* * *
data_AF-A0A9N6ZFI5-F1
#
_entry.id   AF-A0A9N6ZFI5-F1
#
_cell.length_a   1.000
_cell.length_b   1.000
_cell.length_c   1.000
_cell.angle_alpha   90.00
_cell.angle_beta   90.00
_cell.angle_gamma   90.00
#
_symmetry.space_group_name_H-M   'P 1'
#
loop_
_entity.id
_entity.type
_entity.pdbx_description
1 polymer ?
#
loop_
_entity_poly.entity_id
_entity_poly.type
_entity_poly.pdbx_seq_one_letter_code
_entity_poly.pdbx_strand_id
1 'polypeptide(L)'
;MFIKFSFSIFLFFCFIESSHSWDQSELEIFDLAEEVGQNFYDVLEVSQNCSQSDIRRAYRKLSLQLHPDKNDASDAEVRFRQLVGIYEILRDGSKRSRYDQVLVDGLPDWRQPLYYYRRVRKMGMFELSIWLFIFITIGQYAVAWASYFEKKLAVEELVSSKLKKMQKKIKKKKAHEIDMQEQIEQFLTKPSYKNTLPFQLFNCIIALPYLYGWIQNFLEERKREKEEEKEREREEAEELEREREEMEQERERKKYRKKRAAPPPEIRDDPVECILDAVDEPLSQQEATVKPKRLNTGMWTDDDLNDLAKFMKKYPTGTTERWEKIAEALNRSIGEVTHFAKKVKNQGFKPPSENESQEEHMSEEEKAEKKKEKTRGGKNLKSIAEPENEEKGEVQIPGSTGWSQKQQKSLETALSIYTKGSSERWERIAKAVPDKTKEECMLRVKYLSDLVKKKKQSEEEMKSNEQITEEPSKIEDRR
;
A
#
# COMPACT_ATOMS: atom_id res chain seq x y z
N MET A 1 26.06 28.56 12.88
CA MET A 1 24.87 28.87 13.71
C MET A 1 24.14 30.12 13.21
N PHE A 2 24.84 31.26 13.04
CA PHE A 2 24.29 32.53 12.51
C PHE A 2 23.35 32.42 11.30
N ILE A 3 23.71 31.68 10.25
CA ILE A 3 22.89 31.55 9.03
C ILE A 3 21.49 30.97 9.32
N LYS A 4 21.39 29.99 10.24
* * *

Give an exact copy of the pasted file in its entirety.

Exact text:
data_AF-A0A9N6ZFI5-F1
#
_entry.id   AF-A0A9N6ZFI5-F1
#
_cell.length_a   1.000
_cell.length_b   1.000
_cell.length_c   1.000
_cell.angle_alpha   90.00
_cell.angle_beta   90.00
_cell.angle_gamma   90.00
#
_symmetry.space_group_name_H-M   'P 1'
#
loop_
_entity.id
_entity.type
_entity.pdbx_description
1 polymer ?
#
loop_
_entity_poly.entity_id
_entity_poly.type
_entity_poly.pdbx_seq_one_letter_code
_entity_poly.pdbx_strand_id
1 'polypeptide(L)'
;MFIKFSFSIFLFFCFIESSHSWDQSELEIFDLAEEVGQNFYDVLEVSQNCSQSDIRRAYRKLSLQLHPDKNDASDAEVRFRQLVGIYEILRDGSKRSRYDQVLVDGLPDWRQPLYYYRRVRKMGMFELSIWLFIFITIGQYAVAWASYFEKKLAVEELVSSKLKKMQKKIKKKKAHEIDMQEQIEQFLTKPSYKNTLPFQLFNCIIALPYLYGWIQNFLEERKREKEEEKEREREEAEELEREREEMEQERERKKYRKKRAAPPPEIRDDPVECILDAVDEPLSQQEATVKPKRLNTGMWTDDDLNDLAKFMKKYPTGTTERWEKIAEALNRSIGEVTHFAKKVKNQGFKPPSENESQEEHMSEEEKAEKKKEKTRGGKNLKSIAEPENEEKGEVQIPGSTGWSQKQQKSLETALSIYTKGSSERWERIAKAVPDKTKEECMLRVKYLSDLVKKKKQSEEEMKSNEQITEEPSKIEDRR
;
A
#
# COMPACT_ATOMS: atom_id res chain seq x y z
N MET A 1 26.06 28.56 12.88
CA MET A 1 24.87 28.87 13.71
C MET A 1 24.14 30.12 13.21
N PHE A 2 24.84 31.26 13.04
CA PHE A 2 24.29 32.53 12.51
C PHE A 2 23.35 32.42 11.30
N ILE A 3 23.71 31.68 10.25
CA ILE A 3 22.89 31.55 9.03
C ILE A 3 21.49 30.97 9.32
N LYS A 4 21.39 29.99 10.24